Ohio Gov. John Kasich speaking on CNN's "State of the Union" on Sunday. While many GOP presidential hopefuls have said the inaccuracies of terrorist watch lists could prevent law-abiding citizens from buying guns, Kasich argued the lists should be considered. Senate Republicans last week blocked an amendment that would have banned those on no-fly lists from purchasing guns.

Donald Trump on Muslims in America: 'I think there can be profiling'

Donald Trump has assailed Democrats and Republicans alike in his quest for the White House -- electrifying a GOP base yearning for a political outsider -- and on Sunday he attacked President Obama's efforts to combat acts of terrorism like last week's mass shooting in San Bernardino.

“Until he admits that this is a problem, we're never going to solve the problem,” Trump said on CBS’ “Face the Nation.” “But he's only going to be there, fortunately, a little bit more than a year. Because the problem will get solved when he gets the hell out.”

Trump remains the front-runner in the packed Republican field two months before voters in Iowa begin the nominating process.

He hammered Obama for his refusal to blame “radical Islamic terrorism” for the Islamic State attacks in Paris that killed 130 people last month, and the Dec. 2 massacre in San Bernardino that left 14 dead.

The White House avoids using the phrase in part because right-wing extremism has caused more deaths in the United States since 2001 than Muslim extremism, and partly because it seeks to avoid alienating the world's Muslims, including leaders of crucial allies in the Middle East.

Obama is scheduled to deliver a prime-time television address Sunday night to explain his strategy for keeping Americans safe and for defeating Islamic State.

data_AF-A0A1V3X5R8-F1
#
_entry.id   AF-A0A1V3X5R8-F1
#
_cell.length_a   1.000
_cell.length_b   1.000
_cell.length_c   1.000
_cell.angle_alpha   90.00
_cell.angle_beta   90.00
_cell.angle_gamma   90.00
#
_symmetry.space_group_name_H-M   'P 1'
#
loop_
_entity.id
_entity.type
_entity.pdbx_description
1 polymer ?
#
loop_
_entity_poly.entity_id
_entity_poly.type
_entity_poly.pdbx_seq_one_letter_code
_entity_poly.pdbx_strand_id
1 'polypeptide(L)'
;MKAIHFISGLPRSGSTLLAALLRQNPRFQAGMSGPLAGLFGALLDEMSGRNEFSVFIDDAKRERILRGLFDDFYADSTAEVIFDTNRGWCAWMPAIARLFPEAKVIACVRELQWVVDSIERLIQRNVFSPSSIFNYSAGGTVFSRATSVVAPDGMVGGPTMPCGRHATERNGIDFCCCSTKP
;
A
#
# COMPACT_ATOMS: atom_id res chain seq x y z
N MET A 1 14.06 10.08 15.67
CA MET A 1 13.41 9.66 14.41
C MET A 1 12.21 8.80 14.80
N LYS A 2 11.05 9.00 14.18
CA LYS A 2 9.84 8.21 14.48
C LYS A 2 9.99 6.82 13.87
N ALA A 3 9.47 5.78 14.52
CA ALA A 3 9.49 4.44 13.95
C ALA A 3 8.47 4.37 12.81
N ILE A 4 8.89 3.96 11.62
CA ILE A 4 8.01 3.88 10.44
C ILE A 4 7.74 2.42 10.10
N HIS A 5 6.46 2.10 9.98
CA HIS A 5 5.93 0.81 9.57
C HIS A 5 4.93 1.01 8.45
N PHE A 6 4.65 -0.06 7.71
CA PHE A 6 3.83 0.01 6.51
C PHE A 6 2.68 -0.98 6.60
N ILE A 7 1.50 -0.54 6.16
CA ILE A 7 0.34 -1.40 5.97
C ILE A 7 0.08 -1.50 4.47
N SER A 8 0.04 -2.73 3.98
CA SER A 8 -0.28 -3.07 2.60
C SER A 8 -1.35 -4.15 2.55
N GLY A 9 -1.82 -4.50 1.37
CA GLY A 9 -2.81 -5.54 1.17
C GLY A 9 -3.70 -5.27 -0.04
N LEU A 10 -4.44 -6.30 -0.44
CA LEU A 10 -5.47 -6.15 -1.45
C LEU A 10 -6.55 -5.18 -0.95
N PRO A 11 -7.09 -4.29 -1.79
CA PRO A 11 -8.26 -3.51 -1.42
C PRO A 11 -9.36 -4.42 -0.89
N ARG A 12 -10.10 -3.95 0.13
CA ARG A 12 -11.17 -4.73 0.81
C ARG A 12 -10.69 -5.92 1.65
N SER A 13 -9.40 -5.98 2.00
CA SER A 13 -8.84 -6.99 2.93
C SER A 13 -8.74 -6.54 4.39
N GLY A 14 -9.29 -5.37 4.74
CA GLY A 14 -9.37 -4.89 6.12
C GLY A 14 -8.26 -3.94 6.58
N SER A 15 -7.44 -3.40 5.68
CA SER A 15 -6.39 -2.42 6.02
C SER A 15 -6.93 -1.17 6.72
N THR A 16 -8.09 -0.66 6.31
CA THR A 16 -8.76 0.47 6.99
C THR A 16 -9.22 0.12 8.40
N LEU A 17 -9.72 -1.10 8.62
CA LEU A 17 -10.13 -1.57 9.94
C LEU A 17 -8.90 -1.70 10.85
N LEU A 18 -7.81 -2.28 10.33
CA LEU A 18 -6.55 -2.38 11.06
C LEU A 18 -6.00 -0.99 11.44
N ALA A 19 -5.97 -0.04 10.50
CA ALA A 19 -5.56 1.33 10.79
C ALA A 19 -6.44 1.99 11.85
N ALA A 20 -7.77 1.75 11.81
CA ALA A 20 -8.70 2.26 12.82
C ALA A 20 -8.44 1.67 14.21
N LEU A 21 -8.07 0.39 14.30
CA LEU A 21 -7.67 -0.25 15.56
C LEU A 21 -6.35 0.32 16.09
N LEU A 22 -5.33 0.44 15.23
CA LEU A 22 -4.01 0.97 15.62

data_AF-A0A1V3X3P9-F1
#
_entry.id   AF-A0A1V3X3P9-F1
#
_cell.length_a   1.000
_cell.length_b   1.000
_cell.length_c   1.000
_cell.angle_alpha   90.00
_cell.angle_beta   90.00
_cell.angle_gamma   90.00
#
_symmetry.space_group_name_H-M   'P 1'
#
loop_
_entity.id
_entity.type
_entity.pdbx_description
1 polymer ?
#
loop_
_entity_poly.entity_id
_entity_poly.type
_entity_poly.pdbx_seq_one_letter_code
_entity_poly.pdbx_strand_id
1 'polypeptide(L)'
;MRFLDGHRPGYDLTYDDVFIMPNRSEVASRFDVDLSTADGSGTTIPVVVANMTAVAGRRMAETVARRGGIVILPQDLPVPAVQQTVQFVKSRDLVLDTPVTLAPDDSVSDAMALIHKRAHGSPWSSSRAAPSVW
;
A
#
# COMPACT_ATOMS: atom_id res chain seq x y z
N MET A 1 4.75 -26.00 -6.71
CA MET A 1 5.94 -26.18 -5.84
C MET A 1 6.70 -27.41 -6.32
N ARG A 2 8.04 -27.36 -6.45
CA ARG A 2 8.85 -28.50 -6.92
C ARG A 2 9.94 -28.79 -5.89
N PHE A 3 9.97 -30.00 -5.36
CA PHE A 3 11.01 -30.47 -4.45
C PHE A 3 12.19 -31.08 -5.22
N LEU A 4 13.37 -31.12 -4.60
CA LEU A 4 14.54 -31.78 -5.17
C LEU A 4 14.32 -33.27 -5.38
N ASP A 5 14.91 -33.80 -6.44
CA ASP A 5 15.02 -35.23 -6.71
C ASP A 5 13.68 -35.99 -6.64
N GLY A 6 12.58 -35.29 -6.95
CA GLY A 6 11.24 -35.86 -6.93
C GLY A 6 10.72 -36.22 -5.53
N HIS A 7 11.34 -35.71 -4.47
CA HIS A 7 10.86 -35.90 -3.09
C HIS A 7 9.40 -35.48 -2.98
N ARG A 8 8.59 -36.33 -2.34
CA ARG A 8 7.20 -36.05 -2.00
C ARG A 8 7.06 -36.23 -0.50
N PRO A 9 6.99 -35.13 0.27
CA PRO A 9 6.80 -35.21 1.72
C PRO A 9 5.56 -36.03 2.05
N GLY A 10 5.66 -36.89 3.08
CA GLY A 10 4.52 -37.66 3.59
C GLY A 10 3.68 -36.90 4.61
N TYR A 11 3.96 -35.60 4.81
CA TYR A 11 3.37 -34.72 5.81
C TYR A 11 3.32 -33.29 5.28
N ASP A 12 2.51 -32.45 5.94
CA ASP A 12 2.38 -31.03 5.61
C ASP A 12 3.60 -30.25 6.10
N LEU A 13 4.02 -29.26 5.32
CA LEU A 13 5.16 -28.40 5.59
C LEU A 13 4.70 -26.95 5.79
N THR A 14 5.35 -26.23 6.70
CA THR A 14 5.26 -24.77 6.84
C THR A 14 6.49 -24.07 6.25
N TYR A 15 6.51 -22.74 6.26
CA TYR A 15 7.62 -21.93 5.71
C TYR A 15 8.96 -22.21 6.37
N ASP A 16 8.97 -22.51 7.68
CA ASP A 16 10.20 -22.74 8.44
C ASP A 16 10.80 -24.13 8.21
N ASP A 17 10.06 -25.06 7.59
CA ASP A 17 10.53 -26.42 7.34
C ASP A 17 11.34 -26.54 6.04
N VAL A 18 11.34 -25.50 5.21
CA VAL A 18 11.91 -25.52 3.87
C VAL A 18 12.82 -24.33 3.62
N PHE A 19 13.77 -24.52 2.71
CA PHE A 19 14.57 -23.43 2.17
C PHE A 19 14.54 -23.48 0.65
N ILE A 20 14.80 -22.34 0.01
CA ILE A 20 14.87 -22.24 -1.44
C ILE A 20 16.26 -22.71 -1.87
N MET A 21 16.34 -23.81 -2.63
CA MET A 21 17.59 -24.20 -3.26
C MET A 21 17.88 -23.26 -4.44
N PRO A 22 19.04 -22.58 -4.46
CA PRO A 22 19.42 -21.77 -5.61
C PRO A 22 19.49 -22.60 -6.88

Since the terrorist attacks in Paris last month, Trump’s campaign has focused largely on concerns about national security although he’s offered mostly vague details as to how to combat Islamic State.

Trump has made headlines in his vows to close mosques and create a database to register Muslims in the United States. On Sunday, he said the idea of profiling is valid considering the recent terrorist attacks.

“I think there can be profiling,” he said on “Face the Nation.” “If they thought there was something wrong with that group and they saw what was happening, and they didn't want to call the police because they didn't want to be profiling, I think that's pretty bad. People are dead. A lot of people are dead right now. So everybody wants to be politically correct, and that's part of the problem that we have with our country.”

Trump’s comments have been rebuked by some of his GOP challengers.

New Jersey Gov. Chris Christie, also appearing on “Face the Nation,” said profiling of American Muslims is not needed.

"The fact is we don't need to be profiling in order to be able to get the job done here,” said Christie, who is polling toward the bottom of the crowded field of candidates. “What you need is a president who's had the experience and the know-how to do this and not someone who's just going to talk off the top of their head.”

Former Florida Gov. Jeb Bush also rejected the need to profile.

“The director of the FBI has made it clear that there are hundreds of cases that they're monitoring, and we should redouble our efforts in that regard,” Bush said on ABC’s “This Week.” “We don't have to target the religion.”

President Obama to address the nation Sunday in wake of San Bernardino shooting

 (Jacquelyn Martin / Associated Press)

(Jacquelyn Martin / Associated Press)

President Obama on Sunday will take the unusual step of addressing the nation from the Oval Office to discuss his administration's counter-terrorism policies in the wake of the massacre in San Bernardino.

The FBI is investigating the shooting rampage, which killed 14 people, as an act of terrorism after officials discovered that one of the shooters pledged allegiance to the extremist group Islamic State just before the opening fire.

The White House said in a statement that Obama would discuss progress in the San Bernardino investigation and "the broader threat of terrorism — including the nature of the threat, how it has evolved and how we will defeat it."

"He will reiterate his firm conviction that ISIL will be destroyed and that the United States must draw upon our values — our unwavering commitment to justice, equality and freedom — to prevail over terrorist groups that use violence to advance a destructive ideology," the White House said, using an alternate name for Islamic State.